Anyone reading the financial press last week will have noted that the post-Budget commentaries were some of the briefest in recent memory. This is because many of the changes to personal and business taxation were announced in previous months.
The freezing of the personal allowance and thresholds for Income Tax, Inheritance Tax nil-rate band and Pension Lifetime Allowance until 2025/26 were confirmed, as were preannounced 1.25% increases to National Insurance and Dividend Taxation from April 2022.
However, with inflation and wages expected to rise more than previously anticipated – and an interest rate increase expected – the effects of those measures could be quite significant. Indeed, when combined with the rise to Corporation Tax from 2023, those taking dividends from trading and investment companies, for example, may face significant rises in overall taxation.
The sooner you take action, the more options you may have, so it... makes sense to seek appropriate advice at the earliest opportunity.
What action can high-net-worth individuals take?
The Office for Budget Responsibility commented that the tax burden is the highest it has been since Clement Atlee’s post-war government. In light of this, this might be a good time to review your financial affairs to ensure you’re using all appropriate allowances and exemptions. This can help to reduce the tax burden for all of the family and is something that we at Investec Wealth & Investment can help with.
A financial plan can also take into account that additional tax changes may be introduced in the near future. This includes the outcome of consultations on Capital Gains Tax (CGT) and Inheritance Tax (IHT) rates.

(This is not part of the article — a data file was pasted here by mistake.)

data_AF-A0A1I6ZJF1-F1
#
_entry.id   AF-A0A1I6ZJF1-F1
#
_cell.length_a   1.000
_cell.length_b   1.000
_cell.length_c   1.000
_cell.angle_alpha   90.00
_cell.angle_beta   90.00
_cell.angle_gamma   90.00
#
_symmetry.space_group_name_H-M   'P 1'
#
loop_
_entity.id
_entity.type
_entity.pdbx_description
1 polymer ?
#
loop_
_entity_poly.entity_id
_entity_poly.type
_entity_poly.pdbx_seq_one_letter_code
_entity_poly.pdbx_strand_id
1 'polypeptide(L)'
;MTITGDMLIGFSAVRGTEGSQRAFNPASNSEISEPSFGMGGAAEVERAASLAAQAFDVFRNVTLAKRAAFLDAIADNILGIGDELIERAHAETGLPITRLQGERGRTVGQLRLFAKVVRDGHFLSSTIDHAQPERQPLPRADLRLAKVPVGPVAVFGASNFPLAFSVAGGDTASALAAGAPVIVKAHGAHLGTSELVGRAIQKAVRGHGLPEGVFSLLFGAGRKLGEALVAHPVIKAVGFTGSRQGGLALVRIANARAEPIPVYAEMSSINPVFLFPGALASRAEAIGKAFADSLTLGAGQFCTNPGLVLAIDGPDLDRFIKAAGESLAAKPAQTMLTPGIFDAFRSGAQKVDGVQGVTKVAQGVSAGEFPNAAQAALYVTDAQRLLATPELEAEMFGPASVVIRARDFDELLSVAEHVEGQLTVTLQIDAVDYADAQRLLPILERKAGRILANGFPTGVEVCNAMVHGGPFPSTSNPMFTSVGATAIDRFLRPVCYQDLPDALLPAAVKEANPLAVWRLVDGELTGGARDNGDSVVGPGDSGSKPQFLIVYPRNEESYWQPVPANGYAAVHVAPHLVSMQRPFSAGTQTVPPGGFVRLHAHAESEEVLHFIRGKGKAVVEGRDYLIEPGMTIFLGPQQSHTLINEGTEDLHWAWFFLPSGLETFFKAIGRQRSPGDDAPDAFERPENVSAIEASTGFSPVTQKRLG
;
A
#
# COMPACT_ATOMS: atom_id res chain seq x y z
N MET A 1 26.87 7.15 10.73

Where a transaction that might give rise to a significant CGT liability is being considered, such as the sale of a business or reduction of a concentrated investment holding, options to reduce exposure to tax on sale should be considered in advance.
When it comes to Inheritance Tax, the sooner you take action, the more options you may have, so it also makes sense to seek appropriate advice at the earliest opportunity.
In his speech the Chancellor confirmed that he would like to be in a position to cut taxes ahead of the next election, which will be May 2024 at the latest. Whether these tax cuts take the form of material reductions to the headline rates of major taxes, or perhaps a reversing of the freeze that has been applied to the aforementioned allowances, remains to be seen.
Where tax cuts are made, they often take the form of 'give with one hand and take with the other' approach. When thinking about future plans and transactions, individuals should consider which side of that equation they are likely to fall under.
The contents of this article do not constitute a formal recommendation or personal advice and no action should be taken, or not taken, on account of the information provided. Tax treatment depends on the individual circumstances of each client and may be subject to change in future. All statements concerning tax treatment are based upon our understanding of current tax law and HMRC practise and can be subject to change.